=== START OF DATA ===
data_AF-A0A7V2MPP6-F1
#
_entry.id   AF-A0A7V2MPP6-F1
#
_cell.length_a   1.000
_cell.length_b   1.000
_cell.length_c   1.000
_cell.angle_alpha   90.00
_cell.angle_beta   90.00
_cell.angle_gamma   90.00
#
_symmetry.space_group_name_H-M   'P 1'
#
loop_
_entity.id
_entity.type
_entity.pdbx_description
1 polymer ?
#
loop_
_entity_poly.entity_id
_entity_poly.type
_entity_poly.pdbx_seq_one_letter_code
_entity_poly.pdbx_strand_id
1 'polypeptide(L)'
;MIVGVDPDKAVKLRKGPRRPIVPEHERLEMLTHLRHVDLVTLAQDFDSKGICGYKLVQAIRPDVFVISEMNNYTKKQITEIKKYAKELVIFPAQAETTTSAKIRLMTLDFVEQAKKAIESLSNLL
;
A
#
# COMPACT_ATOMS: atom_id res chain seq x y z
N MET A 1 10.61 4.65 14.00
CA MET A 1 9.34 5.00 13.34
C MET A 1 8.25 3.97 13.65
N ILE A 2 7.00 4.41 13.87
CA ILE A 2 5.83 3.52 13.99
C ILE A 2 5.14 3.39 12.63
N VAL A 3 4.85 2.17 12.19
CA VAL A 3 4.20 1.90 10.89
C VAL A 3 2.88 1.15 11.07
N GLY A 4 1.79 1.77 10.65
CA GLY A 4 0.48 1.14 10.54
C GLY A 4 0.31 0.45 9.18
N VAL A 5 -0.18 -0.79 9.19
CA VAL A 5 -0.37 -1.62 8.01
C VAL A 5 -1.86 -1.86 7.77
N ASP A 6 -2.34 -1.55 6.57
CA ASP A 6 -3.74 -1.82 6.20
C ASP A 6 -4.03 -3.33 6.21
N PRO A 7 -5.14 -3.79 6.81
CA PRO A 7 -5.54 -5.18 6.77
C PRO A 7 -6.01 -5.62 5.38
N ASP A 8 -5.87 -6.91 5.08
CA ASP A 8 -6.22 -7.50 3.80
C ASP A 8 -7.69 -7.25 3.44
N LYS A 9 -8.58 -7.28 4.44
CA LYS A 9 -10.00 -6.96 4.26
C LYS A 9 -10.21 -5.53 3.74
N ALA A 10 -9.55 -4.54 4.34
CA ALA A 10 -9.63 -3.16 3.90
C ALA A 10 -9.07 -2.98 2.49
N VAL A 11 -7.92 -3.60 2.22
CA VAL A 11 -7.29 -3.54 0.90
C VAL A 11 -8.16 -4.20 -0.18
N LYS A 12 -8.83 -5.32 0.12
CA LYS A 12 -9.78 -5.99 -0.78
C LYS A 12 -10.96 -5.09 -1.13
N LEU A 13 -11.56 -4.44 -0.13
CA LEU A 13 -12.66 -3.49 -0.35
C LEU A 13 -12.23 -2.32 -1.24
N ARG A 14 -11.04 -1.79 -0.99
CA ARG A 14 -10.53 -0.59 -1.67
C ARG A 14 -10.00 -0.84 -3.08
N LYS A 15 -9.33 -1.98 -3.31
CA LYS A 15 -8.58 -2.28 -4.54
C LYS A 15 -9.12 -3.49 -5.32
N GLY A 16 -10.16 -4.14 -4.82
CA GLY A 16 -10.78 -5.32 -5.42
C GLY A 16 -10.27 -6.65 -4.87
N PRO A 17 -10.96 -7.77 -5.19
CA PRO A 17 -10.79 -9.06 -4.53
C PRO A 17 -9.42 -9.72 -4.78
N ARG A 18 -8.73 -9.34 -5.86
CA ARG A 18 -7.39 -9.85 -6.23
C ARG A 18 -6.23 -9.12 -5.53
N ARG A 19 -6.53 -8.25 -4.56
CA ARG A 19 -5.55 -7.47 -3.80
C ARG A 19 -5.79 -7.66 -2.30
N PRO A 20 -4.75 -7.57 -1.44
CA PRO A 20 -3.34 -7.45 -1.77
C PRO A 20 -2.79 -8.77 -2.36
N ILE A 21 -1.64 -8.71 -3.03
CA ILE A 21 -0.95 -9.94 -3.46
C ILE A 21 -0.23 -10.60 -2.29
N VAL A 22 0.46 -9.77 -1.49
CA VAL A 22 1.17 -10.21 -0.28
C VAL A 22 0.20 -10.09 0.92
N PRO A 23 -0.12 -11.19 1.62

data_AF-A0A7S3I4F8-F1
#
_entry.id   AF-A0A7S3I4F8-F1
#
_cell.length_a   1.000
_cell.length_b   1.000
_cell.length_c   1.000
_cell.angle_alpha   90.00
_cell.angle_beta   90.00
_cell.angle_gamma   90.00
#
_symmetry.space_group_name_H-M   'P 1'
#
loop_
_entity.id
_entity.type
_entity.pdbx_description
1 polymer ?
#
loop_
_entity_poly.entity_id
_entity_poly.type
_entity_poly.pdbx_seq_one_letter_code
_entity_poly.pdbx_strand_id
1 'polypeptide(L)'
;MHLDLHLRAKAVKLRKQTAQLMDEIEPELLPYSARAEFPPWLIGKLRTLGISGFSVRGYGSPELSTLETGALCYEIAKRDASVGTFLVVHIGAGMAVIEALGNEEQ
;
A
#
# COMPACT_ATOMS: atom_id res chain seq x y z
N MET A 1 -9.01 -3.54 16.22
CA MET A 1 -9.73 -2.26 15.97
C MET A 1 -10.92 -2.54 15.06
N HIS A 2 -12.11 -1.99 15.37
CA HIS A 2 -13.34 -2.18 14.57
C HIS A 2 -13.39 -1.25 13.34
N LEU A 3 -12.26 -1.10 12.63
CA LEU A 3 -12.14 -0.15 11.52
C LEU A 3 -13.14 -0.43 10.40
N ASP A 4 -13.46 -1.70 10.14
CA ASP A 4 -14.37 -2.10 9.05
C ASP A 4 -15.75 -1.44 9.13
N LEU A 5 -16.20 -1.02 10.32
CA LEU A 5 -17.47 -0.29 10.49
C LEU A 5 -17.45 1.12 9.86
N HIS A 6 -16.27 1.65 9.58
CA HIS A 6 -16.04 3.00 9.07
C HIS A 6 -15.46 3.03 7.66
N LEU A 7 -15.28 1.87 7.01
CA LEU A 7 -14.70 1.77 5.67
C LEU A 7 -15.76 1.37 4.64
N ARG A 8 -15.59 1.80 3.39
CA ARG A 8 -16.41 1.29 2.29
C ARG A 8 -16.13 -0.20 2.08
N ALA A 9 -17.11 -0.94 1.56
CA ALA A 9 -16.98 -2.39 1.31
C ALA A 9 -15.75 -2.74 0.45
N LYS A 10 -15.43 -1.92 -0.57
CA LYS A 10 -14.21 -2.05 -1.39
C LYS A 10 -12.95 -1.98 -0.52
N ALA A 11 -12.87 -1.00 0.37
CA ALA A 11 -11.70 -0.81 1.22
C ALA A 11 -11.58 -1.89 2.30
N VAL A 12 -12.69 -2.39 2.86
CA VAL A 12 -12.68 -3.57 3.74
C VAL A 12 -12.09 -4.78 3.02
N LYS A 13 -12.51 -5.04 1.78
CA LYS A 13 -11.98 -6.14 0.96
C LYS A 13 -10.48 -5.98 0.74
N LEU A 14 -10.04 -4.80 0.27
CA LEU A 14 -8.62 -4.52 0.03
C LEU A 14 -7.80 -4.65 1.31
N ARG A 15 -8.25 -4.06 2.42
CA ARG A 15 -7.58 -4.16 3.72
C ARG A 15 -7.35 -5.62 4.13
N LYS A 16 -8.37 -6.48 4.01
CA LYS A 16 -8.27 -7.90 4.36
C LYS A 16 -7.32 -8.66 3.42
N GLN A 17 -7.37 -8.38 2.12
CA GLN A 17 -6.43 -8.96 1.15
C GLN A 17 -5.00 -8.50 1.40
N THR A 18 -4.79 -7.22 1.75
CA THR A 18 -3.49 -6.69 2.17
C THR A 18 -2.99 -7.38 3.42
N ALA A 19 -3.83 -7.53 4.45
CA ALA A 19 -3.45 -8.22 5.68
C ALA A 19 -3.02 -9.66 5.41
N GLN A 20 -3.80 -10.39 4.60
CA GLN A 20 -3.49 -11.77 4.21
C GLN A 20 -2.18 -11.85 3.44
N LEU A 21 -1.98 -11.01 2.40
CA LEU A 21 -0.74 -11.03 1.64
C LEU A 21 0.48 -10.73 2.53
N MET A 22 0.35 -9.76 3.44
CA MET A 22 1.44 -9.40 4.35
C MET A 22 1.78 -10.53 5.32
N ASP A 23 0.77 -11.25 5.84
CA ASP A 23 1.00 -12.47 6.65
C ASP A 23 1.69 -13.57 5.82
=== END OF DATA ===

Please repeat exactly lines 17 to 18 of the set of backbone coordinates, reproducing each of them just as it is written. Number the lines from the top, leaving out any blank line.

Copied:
_entity.pdbx_description
1 polymer ?